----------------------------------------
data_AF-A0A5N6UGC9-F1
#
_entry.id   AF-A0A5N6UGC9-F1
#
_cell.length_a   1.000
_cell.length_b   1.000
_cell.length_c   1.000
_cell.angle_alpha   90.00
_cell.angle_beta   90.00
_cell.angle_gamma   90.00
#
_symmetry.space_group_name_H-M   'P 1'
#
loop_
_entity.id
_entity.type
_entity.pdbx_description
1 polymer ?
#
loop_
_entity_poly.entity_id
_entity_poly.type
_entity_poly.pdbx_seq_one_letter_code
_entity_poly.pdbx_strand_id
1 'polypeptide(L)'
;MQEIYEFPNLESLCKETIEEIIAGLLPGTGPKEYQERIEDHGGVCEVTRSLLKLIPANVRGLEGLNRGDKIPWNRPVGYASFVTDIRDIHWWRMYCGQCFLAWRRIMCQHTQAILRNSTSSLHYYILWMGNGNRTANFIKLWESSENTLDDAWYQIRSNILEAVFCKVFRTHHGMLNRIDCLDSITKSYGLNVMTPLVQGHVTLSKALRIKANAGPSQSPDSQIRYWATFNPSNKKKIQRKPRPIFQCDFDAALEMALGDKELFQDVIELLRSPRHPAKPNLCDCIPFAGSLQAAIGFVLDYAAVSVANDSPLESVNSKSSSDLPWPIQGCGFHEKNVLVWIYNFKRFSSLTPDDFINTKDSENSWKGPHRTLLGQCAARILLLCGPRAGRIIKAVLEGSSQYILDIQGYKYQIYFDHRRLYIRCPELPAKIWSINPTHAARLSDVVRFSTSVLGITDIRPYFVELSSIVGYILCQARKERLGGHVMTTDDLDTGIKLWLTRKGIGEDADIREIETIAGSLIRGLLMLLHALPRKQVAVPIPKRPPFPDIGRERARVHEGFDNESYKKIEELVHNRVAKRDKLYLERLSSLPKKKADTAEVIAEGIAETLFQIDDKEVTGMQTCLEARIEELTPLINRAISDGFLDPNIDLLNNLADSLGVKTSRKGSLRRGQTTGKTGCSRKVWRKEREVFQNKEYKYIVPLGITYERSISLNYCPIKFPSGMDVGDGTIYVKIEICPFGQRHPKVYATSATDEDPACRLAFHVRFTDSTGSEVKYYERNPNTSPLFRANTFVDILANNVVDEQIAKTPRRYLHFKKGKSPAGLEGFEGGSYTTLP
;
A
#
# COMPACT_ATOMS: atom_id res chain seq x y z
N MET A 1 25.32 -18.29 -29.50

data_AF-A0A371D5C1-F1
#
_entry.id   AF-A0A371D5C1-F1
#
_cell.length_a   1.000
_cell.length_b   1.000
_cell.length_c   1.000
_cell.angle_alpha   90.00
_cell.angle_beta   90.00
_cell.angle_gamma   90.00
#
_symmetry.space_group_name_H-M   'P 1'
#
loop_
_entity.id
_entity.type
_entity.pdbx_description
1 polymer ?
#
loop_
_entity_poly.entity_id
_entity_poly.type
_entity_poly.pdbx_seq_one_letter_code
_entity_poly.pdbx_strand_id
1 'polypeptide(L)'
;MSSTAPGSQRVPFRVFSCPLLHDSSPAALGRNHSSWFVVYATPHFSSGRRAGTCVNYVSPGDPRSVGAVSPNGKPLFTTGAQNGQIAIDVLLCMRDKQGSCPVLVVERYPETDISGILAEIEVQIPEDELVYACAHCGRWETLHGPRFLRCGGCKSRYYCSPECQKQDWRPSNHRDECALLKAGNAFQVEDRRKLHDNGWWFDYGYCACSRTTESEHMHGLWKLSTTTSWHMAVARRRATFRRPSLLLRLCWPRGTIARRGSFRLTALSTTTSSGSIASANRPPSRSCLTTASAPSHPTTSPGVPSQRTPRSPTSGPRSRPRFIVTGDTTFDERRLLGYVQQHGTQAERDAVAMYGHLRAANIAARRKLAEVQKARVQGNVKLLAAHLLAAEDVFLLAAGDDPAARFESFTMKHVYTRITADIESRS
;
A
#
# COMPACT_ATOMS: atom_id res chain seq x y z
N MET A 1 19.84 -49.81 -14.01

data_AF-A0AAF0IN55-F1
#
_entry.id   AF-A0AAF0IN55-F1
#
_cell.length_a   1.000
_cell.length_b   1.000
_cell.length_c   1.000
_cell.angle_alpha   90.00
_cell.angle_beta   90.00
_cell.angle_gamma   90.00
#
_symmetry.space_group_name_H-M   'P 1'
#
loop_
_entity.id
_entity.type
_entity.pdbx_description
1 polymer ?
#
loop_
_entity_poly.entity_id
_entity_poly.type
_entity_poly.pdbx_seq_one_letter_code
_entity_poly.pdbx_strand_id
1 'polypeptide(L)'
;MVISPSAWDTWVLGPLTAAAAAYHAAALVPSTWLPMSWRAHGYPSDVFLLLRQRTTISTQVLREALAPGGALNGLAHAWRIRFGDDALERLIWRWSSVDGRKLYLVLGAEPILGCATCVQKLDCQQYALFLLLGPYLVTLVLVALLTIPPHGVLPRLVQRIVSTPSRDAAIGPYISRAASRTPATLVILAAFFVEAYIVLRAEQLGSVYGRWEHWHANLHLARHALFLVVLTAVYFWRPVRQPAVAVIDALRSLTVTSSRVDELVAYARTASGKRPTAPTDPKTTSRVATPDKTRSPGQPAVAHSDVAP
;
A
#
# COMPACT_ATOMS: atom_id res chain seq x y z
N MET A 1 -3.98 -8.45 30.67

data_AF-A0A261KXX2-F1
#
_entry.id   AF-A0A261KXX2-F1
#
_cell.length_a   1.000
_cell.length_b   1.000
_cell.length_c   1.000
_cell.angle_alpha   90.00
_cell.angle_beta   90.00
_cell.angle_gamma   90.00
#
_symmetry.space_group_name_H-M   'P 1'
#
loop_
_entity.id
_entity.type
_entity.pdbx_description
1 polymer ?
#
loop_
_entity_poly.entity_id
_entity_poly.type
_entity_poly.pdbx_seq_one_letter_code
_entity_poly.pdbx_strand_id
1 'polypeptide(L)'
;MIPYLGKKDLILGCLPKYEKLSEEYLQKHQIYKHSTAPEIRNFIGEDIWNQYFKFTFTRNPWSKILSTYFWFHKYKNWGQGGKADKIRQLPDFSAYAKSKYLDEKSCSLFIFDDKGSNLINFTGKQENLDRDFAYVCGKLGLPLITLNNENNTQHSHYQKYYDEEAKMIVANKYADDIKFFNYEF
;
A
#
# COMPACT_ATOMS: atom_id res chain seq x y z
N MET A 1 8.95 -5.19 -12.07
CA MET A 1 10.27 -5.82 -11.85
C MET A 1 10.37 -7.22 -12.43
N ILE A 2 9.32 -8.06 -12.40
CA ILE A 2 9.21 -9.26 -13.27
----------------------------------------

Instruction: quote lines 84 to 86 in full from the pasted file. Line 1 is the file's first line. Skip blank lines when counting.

_entity_poly.type
_entity_poly.pdbx_seq_one_letter_code
_entity_poly.pdbx_strand_id